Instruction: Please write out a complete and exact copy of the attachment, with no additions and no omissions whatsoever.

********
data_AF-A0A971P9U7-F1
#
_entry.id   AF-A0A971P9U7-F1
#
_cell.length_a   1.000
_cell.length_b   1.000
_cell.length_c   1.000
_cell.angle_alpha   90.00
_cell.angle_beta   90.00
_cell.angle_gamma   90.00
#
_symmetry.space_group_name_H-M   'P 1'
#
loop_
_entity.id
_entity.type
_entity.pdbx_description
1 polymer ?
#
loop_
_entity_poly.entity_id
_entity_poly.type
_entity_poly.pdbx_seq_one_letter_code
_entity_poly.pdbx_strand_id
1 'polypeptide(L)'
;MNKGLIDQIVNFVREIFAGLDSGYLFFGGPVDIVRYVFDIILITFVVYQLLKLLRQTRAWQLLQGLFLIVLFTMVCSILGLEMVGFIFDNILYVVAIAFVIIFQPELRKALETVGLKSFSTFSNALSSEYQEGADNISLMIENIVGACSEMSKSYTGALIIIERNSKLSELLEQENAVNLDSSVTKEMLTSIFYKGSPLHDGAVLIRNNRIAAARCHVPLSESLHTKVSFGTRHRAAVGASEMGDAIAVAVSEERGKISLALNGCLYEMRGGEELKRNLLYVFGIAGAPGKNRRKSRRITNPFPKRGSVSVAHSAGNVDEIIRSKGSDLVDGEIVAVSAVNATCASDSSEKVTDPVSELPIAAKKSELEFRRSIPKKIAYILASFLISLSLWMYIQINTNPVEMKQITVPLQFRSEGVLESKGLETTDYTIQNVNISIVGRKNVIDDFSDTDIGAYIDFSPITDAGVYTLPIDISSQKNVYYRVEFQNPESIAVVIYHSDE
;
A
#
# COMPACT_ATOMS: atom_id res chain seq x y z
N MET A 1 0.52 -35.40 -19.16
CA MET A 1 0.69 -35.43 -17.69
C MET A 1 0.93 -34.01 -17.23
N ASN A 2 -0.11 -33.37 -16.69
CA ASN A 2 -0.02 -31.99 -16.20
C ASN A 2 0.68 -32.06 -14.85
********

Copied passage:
data_AF-A0A971P9U7-F1
#
_entry.id   AF-A0A971P9U7-F1
#
_cell.length_a   1.000
_cell.length_b   1.000
_cell.length_c   1.000
_cell.angle_alpha   90.00
_cell.angle_beta   90.00
_cell.angle_gamma   90.00
#
_symmetry.space_group_name_H-M   'P 1'
#
loop_
_entity.id
_entity.type
_entity.pdbx_description
1 polymer ?
#
loop_
_entity_poly.entity_id
_entity_poly.type
_entity_poly.pdbx_seq_one_letter_code
_entity_poly.pdbx_strand_id
1 'polypeptide(L)'
;MNKGLIDQIVNFVREIFAGLDSGYLFFGGPVDIVRYVFDIILITFVVYQLLKLLRQTRAWQLLQGLFLIVLFTMVCSILGLEMVGFIFDNILYVVAIAFVIIFQPELRKALETVGLKSFSTFSNALSSEYQEGADNISLMIENIVGACSEMSKSYTGALIIIERNSKLSELLEQENAVNLDSSVTKEMLTSIFYKGSPLHDGAVLIRNNRIAAARCHVPLSESLHTKVSFGTRHRAAVGASEMGDAIAVAVSEERGKISLALNGCLYEMRGGEELKRNLLYVFGIAGAPGKNRRKSRRITNPFPKRGSVSVAHSAGNVDEIIRSKGSDLVDGEIVAVSAVNATCASDSSEKVTDPVSELPIAAKKSELEFRRSIPKKIAYILASFLISLSLWMYIQINTNPVEMKQITVPLQFRSEGVLESKGLETTDYTIQNVNISIVGRKNVIDDFSDTDIGAYIDFSPITDAGVYTLPIDISSQKNVYYRVEFQNPESIAVVIYHSDE
;
A
#
# COMPACT_ATOMS: atom_id res chain seq x y z
N MET A 1 0.52 -35.40 -19.16
CA MET A 1 0.69 -35.43 -17.69
C MET A 1 0.93 -34.01 -17.23
N ASN A 2 -0.11 -33.37 -16.69
CA ASN A 2 -0.02 -31.99 -16.20
C ASN A 2 0.68 -32.06 -14.85